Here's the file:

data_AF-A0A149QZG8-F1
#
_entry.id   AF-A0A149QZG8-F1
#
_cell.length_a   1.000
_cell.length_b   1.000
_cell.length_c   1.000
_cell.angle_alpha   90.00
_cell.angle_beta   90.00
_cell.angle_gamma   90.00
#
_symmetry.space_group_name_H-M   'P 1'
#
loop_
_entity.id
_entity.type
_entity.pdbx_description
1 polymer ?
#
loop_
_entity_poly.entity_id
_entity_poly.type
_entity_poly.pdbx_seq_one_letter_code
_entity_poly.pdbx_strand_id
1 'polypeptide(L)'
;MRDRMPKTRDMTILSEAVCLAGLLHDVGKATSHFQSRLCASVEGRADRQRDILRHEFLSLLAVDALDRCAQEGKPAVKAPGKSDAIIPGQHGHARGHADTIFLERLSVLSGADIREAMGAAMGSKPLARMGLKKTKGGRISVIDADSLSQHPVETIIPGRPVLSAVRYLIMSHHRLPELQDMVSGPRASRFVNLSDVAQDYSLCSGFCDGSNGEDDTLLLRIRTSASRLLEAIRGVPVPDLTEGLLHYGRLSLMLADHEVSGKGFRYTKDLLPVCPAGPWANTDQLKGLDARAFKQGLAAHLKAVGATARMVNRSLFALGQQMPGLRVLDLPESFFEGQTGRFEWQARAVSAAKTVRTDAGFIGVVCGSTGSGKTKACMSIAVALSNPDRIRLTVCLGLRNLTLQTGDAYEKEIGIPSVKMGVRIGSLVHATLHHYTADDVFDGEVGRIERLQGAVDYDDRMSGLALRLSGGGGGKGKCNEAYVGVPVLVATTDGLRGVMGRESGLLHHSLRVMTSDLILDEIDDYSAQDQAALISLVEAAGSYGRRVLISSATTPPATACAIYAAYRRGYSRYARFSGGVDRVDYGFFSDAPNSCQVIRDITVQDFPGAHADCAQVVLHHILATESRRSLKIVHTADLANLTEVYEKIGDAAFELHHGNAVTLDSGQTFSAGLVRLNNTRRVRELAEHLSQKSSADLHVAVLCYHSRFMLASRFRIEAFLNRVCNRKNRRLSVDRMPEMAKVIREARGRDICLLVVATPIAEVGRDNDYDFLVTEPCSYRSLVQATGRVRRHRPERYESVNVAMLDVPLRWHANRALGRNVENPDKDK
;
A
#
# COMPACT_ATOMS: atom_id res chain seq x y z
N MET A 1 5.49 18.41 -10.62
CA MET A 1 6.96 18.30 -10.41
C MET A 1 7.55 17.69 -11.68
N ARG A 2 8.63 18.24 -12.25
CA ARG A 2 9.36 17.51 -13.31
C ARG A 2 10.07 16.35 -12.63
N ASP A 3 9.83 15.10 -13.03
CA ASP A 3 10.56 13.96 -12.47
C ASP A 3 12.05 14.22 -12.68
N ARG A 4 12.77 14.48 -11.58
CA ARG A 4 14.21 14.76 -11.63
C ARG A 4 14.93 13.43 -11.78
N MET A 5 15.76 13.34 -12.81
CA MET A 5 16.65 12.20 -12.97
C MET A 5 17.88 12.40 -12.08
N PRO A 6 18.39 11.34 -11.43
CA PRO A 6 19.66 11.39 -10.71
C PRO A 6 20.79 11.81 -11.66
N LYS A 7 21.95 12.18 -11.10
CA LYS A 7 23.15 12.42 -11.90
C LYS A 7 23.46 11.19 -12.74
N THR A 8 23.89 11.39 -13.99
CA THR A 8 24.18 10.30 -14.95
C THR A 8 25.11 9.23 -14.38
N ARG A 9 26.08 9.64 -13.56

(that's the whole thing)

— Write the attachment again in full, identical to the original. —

data_AF-A0A149QZG8-F1
#
_entry.id   AF-A0A149QZG8-F1
#
_cell.length_a   1.000
_cell.length_b   1.000
_cell.length_c   1.000
_cell.angle_alpha   90.00
_cell.angle_beta   90.00
_cell.angle_gamma   90.00
#
_symmetry.space_group_name_H-M   'P 1'
#
loop_
_entity.id
_entity.type
_entity.pdbx_description
1 polymer ?
#
loop_
_entity_poly.entity_id
_entity_poly.type
_entity_poly.pdbx_seq_one_letter_code
_entity_poly.pdbx_strand_id
1 'polypeptide(L)'
;MRDRMPKTRDMTILSEAVCLAGLLHDVGKATSHFQSRLCASVEGRADRQRDILRHEFLSLLAVDALDRCAQEGKPAVKAPGKSDAIIPGQHGHARGHADTIFLERLSVLSGADIREAMGAAMGSKPLARMGLKKTKGGRISVIDADSLSQHPVETIIPGRPVLSAVRYLIMSHHRLPELQDMVSGPRASRFVNLSDVAQDYSLCSGFCDGSNGEDDTLLLRIRTSASRLLEAIRGVPVPDLTEGLLHYGRLSLMLADHEVSGKGFRYTKDLLPVCPAGPWANTDQLKGLDARAFKQGLAAHLKAVGATARMVNRSLFALGQQMPGLRVLDLPESFFEGQTGRFEWQARAVSAAKTVRTDAGFIGVVCGSTGSGKTKACMSIAVALSNPDRIRLTVCLGLRNLTLQTGDAYEKEIGIPSVKMGVRIGSLVHATLHHYTADDVFDGEVGRIERLQGAVDYDDRMSGLALRLSGGGGGKGKCNEAYVGVPVLVATTDGLRGVMGRESGLLHHSLRVMTSDLILDEIDDYSAQDQAALISLVEAAGSYGRRVLISSATTPPATACAIYAAYRRGYSRYARFSGGVDRVDYGFFSDAPNSCQVIRDITVQDFPGAHADCAQVVLHHILATESRRSLKIVHTADLANLTEVYEKIGDAAFELHHGNAVTLDSGQTFSAGLVRLNNTRRVRELAEHLSQKSSADLHVAVLCYHSRFMLASRFRIEAFLNRVCNRKNRRLSVDRMPEMAKVIREARGRDICLLVVATPIAEVGRDNDYDFLVTEPCSYRSLVQATGRVRRHRPERYESVNVAMLDVPLRWHANRALGRNVENPDKDK
;
A
#
# COMPACT_ATOMS: atom_id res chain seq x y z
N MET A 1 5.49 18.41 -10.62
CA MET A 1 6.96 18.30 -10.41
C MET A 1 7.55 17.69 -11.68
N ARG A 2 8.63 18.24 -12.25
CA ARG A 2 9.36 17.51 -13.31
C ARG A 2 10.07 16.35 -12.63
N ASP A 3 9.83 15.10 -13.03
CA ASP A 3 10.56 13.96 -12.47
C ASP A 3 12.05 14.22 -12.68
N ARG A 4 12.77 14.48 -11.58
CA ARG A 4 14.21 14.76 -11.63
C ARG A 4 14.93 13.43 -11.78
N MET A 5 15.76 13.34 -12.81
CA MET A 5 16.65 12.20 -12.97
C MET A 5 17.88 12.40 -12.08
N PRO A 6 18.39 11.34 -11.43
CA PRO A 6 19.66 11.39 -10.71
C PRO A 6 20.79 11.81 -11.66
N LYS A 7 21.95 12.18 -11.10
CA LYS A 7 23.15 12.42 -11.90
C LYS A 7 23.46 11.19 -12.74
N THR A 8 23.89 11.39 -13.99
CA THR A 8 24.18 10.30 -14.95
C THR A 8 25.11 9.23 -14.38
N ARG A 9 26.08 9.64 -13.56